The fact that the pattern is almost identical in the case of BP and Massey--massive corporations relentlessly hunting for extra profits, lax government oversight and little sign of a political challenge--requires us to examine the systemic nature of the problem, which is at the root of the global ecological crisis itself.

- - - - - - - - - - - - - - - -

WHAT SHOULD a rising movement for justice for the Gulf fight for? Here are some suggestions:

-- An immediate halt to all deep-water drilling. It's clear that drilling so deep underwater is impossible to make safe; we should therefore not do it.

We need to send a signal to the world and corporations that the U.S. is finally going to wean itself from oil. For all the talk about the need to drill pretty much everywhere, the reality is that half of all oil recovered from the Gulf of Mexico is exported, giving the lie to the idea that these wells are making the U.S. energy-independent.

While Obama has declared a moratorium on new exploratory drilling, this only affects 33 deepwater sites--less than 1 percent of the 5,106 drilling operations in the Gulf, and around 5 percent in deepwater areas. We need to shut down the other 591 immediately, create jobs to re-employ all laid-off workers, and phase out offshore drilling altogether.

However, Ken Salazar has made it clear that this is not part of the Obama plan. In congressional testimony in June, he made sure to emphasize that deepwater drilling will continue, saying, "It was the president's directive that we press the pause button...It's important for all of you on this committee to know that word--it's the pause button. It's not the stop button."

-- Immediate recruiting of tens of thousands of workers, especially those laid off due to closure of fishing areas or the ban on oil drilling, to aid with clean-up efforts in the Gulf. These workers should be paid by BP at the same rate they were formerly paid.

-- Immediate removal of BP from control and oversight of media operations and any spill response outside of BP's efforts to contain the spill itself. This is, in fact, required by federal law. The federal National Oil and Hazardous Substances Pollution Contingency Plan states that corporations cannot be in charge of spill response on this magnitude and mandates the government to take control to "direct all federal, state or private actions" and clean up a spill "where a discharge or threat of discharge poses a substantial threat to the public health or welfare of the United States."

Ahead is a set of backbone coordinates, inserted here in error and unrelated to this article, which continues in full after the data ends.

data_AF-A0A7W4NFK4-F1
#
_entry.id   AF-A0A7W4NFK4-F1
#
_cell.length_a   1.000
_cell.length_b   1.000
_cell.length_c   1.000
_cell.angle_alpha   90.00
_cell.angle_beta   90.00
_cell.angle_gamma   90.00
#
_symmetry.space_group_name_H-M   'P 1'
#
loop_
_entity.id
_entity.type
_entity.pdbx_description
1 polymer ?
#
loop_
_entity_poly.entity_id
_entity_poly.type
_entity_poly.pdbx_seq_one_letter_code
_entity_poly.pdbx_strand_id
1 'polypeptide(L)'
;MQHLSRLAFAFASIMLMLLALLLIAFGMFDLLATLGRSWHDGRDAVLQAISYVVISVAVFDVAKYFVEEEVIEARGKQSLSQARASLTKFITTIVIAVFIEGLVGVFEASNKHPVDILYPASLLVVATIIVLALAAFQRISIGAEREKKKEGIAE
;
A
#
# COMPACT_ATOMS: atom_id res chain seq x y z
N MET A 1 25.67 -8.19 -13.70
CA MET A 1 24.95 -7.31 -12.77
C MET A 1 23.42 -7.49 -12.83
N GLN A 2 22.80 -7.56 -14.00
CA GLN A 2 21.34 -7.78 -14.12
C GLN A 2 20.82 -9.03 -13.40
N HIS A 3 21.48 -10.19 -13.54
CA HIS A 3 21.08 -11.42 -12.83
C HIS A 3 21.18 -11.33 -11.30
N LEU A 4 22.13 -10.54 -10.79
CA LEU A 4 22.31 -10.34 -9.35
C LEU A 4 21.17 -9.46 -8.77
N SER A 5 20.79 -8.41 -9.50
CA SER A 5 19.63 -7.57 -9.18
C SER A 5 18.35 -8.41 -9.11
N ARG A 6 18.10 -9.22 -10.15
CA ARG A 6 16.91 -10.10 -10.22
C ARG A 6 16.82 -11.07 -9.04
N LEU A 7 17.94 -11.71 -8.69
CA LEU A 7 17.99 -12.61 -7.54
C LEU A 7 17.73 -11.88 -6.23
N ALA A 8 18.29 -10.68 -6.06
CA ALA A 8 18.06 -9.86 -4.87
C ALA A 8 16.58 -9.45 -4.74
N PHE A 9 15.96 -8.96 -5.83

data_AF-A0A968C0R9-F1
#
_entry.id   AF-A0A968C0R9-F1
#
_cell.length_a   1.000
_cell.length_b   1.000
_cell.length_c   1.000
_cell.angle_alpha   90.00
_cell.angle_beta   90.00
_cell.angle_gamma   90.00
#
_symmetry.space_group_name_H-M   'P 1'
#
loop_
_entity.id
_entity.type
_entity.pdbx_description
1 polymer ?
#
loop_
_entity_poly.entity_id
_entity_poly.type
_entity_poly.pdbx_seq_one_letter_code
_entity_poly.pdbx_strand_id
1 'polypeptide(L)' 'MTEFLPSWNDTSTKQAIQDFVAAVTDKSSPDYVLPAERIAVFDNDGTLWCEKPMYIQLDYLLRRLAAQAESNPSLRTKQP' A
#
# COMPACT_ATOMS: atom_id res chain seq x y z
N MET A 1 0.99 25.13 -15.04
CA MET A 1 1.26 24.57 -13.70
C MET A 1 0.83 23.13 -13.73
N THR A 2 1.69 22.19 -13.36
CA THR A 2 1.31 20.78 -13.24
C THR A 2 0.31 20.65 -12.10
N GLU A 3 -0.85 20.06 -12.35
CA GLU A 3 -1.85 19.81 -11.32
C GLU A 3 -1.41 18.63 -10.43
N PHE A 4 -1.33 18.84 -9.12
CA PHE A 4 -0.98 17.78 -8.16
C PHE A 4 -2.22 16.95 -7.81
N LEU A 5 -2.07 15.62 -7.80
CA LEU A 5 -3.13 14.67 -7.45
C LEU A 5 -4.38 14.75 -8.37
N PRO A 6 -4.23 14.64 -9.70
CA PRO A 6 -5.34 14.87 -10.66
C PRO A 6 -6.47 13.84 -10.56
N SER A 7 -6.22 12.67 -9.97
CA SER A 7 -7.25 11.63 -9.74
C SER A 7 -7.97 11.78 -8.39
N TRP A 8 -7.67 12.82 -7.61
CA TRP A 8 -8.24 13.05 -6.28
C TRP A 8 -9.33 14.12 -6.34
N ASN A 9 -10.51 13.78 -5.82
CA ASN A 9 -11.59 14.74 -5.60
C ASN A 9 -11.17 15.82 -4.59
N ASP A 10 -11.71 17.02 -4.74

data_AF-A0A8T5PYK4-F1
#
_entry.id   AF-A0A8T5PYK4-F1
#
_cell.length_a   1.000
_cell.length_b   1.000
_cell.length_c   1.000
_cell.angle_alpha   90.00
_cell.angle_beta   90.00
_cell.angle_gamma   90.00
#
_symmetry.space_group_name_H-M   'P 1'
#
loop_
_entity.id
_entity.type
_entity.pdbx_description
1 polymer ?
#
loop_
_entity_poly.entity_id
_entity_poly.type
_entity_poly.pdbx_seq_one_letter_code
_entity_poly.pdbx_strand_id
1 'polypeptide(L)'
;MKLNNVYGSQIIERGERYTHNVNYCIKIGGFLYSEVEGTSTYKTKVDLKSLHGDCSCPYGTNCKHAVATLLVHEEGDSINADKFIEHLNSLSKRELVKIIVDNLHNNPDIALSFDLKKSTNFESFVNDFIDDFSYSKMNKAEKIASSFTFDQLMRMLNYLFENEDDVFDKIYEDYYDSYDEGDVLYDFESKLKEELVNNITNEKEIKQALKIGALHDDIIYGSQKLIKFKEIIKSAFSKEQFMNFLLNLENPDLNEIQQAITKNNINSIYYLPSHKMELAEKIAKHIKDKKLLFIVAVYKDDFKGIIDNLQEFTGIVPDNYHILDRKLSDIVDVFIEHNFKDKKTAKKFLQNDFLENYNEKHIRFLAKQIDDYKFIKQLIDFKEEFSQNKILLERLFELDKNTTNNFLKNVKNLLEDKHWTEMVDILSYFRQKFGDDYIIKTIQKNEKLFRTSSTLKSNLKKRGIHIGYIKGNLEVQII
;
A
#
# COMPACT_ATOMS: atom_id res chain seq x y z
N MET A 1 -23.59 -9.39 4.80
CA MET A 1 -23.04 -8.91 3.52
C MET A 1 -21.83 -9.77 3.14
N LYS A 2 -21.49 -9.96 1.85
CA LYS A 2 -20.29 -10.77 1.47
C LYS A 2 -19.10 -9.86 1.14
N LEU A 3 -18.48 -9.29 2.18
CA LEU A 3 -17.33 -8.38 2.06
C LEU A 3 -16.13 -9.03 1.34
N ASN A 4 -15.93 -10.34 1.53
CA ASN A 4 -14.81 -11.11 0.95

-- An independent investigation of the government's response to the spill. There should be possible criminal charges or other sanctions against those found who obstructed a realistic assessment of the catastrophe or allowed BP and other oil companies to continue with their reckless practices.

-- A comprehensive energy bill. This legislation must reject the compromises and false solutions proposed by Sens. John Kerry and Joe Lieberman and encapsulated in the proposed American Power Act, and instead favor a massive jobs program based on energy conservation, public transit infrastructure and the construction of a new electricity grid that can utilize renewable energies, such as wind, solar and geothermal.

Such legislation could be financed by raising the top tax rate on individuals and taxes on corporations, plus a new tax on financial transactions carried out by Wall Street. Another necessary measure would be to reverse the billions of dollars in subsidies going to fossil fuel-based and nuclear energy production and biofuels, and direct them toward the expansion of renewable sources of energy, infrastructure and the necessary jobs to build the new infrastructure.

Obama went for expanding offshore drilling as a concession to try to win the support of Democrats and "moderate" Republicans for climate legislation. That backfired stupendously--Republicans are completely uninterested in a rational energy plan for the U.S. The more concessions that Obama makes to the right, the more the right will howl for more.

It's time to stop making concessions to the right. The only way that will happen is if a grassroots movement puts more pressure from Obama from the left.